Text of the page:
MolassesMolasses is a thick, syrupy derivative of the juice of the sugar cane plant. The quality of molasses depends on the maturity of the sugar cane, the amount of sugar extracted, and the method of extraction. There are three major types of molasses: unsulphured, sulphured and blackstrap. There are also three major grades of molasses: first molasses, second molasses, and blackstrap molasses.
Unsulphured molasses is the finest quality. It is made from the juice of sun-ripened cane and the juice is clarified and concentrated. Sulphured molasses is made from green (unripe) sugar cane and is treated with sulphur fumes during the sugar extraction process.
Each season, the sugar cane plant is harvested, and stripped of its leaves. Its juice is then extracted from the canes (usually by crushing or mashing), boiled until it has reached the appropriate consistency, and processesed to extract the sugar. The results of this first boiling and processing is first molasses, which has the highest sugar content because comparatively little sugar has been extracted from the juice. Second molasses is created from a second boiling and sugar extraction, and has a slight bitter tinge to its taste. Further rounds of processing and boiling yield blackstrap molasses, used in the manufacture of cattle feed, as well as having other industrial uses.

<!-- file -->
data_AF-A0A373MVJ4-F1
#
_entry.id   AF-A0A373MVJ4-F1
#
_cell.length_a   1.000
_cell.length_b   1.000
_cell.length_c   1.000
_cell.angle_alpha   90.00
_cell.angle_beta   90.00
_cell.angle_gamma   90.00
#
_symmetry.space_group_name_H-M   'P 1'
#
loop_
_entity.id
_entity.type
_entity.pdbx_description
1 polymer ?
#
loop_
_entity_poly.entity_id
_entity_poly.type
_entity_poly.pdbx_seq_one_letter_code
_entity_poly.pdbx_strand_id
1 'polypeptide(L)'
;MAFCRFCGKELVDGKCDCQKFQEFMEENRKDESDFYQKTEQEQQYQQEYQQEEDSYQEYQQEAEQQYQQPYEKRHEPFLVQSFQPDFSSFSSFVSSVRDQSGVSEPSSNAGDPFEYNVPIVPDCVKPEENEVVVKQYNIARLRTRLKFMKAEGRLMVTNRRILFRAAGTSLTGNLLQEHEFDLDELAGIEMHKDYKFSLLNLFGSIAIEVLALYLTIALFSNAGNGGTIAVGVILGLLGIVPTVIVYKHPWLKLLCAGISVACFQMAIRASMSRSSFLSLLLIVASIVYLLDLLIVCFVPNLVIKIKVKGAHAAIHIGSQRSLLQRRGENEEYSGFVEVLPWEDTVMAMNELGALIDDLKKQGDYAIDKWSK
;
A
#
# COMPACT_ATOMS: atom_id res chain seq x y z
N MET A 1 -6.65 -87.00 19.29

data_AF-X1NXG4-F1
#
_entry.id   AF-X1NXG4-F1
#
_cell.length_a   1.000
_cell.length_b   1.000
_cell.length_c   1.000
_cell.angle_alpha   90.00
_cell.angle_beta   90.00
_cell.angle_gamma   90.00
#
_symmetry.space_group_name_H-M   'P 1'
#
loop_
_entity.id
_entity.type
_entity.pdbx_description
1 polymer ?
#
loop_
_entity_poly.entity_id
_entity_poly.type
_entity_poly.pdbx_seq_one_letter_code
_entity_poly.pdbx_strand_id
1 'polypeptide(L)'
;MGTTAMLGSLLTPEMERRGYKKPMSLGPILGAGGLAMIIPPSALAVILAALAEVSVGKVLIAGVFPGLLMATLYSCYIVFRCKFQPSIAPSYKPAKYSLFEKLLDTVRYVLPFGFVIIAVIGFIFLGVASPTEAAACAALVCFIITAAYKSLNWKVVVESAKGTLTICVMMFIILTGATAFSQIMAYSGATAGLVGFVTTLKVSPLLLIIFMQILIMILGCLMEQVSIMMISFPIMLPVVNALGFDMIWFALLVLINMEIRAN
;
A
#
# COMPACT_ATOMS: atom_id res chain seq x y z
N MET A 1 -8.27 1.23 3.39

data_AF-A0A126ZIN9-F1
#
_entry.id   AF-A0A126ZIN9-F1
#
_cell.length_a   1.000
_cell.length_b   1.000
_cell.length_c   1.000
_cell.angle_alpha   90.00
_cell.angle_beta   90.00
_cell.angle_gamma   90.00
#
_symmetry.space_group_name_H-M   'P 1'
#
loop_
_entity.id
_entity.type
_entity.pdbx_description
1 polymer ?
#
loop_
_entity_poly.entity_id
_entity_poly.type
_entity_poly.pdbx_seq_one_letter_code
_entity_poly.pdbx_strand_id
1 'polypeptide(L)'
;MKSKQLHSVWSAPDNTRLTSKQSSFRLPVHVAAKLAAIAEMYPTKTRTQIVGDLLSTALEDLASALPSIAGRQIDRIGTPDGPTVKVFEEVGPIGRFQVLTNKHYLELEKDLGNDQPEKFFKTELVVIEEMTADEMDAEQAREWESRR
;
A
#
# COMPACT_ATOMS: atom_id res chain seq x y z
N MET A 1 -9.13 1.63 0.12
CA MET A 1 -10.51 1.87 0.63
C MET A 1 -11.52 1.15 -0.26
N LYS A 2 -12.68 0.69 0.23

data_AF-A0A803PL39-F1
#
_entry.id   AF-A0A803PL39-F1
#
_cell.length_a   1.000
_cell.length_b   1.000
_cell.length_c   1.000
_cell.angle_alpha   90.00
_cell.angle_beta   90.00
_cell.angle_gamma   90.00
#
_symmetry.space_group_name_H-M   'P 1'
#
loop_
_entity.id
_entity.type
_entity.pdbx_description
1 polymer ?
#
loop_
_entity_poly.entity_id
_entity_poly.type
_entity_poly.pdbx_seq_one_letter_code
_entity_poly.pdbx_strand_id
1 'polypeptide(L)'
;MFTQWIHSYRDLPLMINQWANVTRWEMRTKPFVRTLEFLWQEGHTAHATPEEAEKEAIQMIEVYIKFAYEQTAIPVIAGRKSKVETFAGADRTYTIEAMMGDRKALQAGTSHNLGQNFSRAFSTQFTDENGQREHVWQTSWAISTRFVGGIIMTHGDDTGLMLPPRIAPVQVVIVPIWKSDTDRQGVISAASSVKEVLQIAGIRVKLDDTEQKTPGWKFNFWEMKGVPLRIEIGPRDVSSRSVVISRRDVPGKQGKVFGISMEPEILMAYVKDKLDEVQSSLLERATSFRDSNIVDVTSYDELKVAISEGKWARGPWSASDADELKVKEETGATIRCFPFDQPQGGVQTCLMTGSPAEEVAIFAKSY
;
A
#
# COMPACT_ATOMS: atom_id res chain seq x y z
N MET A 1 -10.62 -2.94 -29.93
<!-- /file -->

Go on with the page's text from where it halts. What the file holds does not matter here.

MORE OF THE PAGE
Interestingly, molasses is also an excellent chelating agent. An object coated with iron rust placed for two weeks in a mixture of one part molasses to nine parts water will lose its rust due to the chelating action of the molasses.
A famous incident involving molasses was the Boston Molasses Disaster on January 15 1919, in which a large molasses storage tank burst and flooded a neighborhood of Boston, killing 21 and injuring 150.